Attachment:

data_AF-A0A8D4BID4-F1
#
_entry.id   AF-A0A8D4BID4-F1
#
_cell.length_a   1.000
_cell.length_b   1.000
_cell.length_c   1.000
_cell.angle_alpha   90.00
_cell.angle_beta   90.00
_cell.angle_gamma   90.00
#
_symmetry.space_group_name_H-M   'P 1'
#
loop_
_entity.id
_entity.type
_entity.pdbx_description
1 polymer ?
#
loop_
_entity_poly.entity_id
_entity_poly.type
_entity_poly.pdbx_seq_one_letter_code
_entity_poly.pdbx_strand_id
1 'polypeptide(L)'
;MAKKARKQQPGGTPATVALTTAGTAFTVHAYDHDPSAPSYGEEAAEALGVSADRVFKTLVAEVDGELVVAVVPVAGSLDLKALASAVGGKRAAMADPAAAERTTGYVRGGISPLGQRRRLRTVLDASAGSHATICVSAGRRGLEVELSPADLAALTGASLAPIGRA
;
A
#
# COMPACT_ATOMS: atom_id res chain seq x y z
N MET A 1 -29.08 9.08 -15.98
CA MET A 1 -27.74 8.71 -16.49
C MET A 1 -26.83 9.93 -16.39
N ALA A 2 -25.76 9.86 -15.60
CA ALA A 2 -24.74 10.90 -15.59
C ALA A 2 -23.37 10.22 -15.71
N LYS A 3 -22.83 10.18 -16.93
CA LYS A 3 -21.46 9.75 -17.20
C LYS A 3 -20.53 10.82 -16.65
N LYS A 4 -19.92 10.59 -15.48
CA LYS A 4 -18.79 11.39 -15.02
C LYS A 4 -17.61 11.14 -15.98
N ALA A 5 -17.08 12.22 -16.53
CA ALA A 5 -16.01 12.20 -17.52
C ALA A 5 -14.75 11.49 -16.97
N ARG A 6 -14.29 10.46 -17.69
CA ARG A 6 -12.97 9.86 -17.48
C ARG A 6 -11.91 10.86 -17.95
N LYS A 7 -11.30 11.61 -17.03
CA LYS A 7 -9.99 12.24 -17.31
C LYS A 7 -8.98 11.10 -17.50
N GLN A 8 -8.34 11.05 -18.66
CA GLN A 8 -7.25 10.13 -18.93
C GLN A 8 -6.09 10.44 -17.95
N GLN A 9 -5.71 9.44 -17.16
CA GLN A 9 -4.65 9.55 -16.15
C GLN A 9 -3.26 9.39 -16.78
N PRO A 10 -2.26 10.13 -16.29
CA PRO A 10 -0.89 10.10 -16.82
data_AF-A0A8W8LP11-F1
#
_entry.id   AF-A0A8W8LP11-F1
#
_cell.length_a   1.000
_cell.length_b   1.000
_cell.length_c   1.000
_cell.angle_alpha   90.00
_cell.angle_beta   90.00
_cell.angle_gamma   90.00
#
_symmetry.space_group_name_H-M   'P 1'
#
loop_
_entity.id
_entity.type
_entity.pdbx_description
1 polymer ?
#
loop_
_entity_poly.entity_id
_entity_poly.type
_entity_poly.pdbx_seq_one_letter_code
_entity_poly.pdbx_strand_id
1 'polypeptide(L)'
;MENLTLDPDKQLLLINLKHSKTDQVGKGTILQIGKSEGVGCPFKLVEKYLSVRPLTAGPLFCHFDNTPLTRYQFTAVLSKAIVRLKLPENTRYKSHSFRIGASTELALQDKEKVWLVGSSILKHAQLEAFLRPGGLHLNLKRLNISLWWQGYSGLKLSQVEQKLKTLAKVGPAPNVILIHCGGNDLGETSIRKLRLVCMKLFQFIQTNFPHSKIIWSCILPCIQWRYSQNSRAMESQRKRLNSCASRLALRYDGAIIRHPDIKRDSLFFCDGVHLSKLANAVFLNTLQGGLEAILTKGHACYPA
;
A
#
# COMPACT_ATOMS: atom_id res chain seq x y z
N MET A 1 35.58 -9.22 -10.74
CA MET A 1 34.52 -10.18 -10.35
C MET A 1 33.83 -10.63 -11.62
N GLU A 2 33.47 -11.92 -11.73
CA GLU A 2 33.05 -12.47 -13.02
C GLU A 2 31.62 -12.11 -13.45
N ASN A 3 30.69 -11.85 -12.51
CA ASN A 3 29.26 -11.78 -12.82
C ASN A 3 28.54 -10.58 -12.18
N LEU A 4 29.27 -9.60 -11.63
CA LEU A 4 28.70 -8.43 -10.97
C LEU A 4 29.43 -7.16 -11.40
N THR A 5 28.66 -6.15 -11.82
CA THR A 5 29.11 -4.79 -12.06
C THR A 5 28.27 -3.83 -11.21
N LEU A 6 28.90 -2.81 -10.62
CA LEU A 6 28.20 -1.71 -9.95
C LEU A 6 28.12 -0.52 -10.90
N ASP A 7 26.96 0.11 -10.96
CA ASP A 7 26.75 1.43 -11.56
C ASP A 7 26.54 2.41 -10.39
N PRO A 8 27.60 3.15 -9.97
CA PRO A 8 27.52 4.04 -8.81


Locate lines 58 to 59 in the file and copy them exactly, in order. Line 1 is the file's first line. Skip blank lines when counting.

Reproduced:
N PRO A 10 -2.26 10.13 -16.29
CA PRO A 10 -0.89 10.10 -16.82